Things have changed. There's a whole world of combo audio/power cables out there for powered speakers, from ProCo, CBI and others.

    I used to try hard to follow the same rules of thumb suggested but often found it impractical. The simple fact is that, with several thousand gigs behind me, I've never had an issue running a 100' power cable right next to a 100' snake, and I know I'm not the only one doing it.

  8. TheJackAttack

    TheJackAttack Distinguished Member

    It likely also depends on how much power you are drawing. The Proco stuff I saw online was a small IEC power cord and a couple of balanced audio lines. Just not much juice there. I had too many amp racks (220 distribution) for that sort of thing. Of course there is a practical difference between most small to medium size bar gigs and a full touring rig. I'd stick with the recommendations of at least 18" separation when at all practical. That said, I can see where the Proco combo cable would be useful for powered speakers in a nice compact rig. I'd still try to keep it separate from my main audio snake multi-pin or not.
  9. bouldersound

    bouldersound Real guitars are for old people. Well-Known Member

    Yeah, I'd be a little nervous putting hundreds of amps of 220v next to a snake for any distance, but for running power to the mixer and FOH rack at a bar gig there's not much to worry about. Different worlds.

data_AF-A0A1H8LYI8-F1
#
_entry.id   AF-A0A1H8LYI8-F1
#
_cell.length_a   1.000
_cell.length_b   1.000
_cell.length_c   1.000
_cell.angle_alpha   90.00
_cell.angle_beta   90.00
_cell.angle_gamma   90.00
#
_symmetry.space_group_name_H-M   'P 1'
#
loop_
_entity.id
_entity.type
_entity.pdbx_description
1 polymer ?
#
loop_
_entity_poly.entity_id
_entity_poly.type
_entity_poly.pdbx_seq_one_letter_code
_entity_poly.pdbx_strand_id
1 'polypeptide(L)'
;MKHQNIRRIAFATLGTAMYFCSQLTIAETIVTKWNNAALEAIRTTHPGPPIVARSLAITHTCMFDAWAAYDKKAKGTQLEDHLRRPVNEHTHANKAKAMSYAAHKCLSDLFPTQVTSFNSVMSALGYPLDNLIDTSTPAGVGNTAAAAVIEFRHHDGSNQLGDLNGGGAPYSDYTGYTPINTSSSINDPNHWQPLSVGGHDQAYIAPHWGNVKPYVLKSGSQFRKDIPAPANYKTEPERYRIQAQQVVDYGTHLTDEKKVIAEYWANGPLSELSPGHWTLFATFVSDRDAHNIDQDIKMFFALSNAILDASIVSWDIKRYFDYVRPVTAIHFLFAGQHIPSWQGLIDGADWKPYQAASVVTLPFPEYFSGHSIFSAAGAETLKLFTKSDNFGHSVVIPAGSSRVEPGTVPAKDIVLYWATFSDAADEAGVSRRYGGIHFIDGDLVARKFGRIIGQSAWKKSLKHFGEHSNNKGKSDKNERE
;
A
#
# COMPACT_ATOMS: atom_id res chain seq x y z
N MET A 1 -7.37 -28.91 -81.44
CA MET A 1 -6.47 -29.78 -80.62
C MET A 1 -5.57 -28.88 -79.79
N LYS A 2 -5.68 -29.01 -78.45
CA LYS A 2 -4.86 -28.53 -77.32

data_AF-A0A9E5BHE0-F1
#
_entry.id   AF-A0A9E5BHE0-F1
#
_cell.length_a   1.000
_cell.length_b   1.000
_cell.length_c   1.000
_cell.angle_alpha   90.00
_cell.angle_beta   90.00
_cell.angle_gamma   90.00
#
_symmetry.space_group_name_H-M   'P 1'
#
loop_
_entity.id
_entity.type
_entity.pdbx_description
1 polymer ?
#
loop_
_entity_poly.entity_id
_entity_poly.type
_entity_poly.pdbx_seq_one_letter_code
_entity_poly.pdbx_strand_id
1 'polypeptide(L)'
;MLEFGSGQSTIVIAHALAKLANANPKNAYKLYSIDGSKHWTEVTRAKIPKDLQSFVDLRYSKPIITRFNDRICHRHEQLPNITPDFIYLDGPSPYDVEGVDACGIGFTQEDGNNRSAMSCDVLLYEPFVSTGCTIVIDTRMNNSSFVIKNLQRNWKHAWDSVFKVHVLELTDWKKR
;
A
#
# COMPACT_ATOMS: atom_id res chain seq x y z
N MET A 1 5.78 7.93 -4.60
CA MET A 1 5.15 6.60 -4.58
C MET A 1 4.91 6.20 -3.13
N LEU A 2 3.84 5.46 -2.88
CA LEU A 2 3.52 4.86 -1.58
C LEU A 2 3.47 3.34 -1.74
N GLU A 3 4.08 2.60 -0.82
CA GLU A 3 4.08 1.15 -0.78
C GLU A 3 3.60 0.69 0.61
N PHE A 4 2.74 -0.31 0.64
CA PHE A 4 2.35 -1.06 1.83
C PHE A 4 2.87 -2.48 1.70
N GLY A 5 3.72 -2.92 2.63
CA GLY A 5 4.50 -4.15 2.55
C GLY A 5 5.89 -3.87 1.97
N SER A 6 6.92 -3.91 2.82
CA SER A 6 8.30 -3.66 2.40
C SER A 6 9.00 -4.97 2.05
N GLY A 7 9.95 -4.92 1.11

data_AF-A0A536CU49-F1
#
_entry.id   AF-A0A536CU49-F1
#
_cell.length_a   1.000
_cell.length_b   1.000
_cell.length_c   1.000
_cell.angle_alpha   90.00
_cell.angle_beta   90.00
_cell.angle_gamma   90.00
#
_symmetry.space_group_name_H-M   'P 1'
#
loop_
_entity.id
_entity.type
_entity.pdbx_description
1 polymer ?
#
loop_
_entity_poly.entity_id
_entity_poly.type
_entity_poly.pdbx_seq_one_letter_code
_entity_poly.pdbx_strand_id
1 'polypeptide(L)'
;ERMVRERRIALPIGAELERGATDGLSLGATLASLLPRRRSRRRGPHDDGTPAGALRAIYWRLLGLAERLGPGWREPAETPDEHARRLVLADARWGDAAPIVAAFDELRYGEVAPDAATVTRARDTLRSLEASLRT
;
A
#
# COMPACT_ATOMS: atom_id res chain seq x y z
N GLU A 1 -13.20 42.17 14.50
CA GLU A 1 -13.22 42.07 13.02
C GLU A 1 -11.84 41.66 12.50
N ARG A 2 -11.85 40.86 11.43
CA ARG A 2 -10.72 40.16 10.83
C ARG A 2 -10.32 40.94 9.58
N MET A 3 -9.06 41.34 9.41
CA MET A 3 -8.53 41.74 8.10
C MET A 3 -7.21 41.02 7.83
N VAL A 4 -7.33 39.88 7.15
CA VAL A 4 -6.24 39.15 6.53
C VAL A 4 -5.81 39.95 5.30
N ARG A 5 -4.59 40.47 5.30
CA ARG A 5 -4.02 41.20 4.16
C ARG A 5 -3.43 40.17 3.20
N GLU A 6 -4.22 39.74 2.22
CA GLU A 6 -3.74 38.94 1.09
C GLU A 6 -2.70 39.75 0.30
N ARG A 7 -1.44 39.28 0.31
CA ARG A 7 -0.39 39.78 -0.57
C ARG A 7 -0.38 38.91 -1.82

10. sheet

    sheet Well-Known Member

    It is not to avoid hiss. It is to avoid noise from EMF. You should cross cables at 90 degree angles only. There are multiple published studues about the interference between the pairs in cable, like the + and the -. If we really want to get tweeky about it in high resolution monitoring situations, we keep them separate as well.
  11. sheet

    sheet Well-Known Member

    There have always been powered sends available in snakes. That doesn't mean that it is proper. There is a butt load of gear sold that is improper. Those powered snakes as they are often called have shielding between the line level and speaker lines, and then between the speaker pairs themselves to avoid EMF issues.
  12. stealthy

    stealthy Guest

    Apparently I no longer receive emails when a reply is posted.

    Anyway, it looks like for my application of medium bar sized gigs, I dont have too much to worry about. However keeping it to a minimum, when possible, is goood practice. Thanks everyone.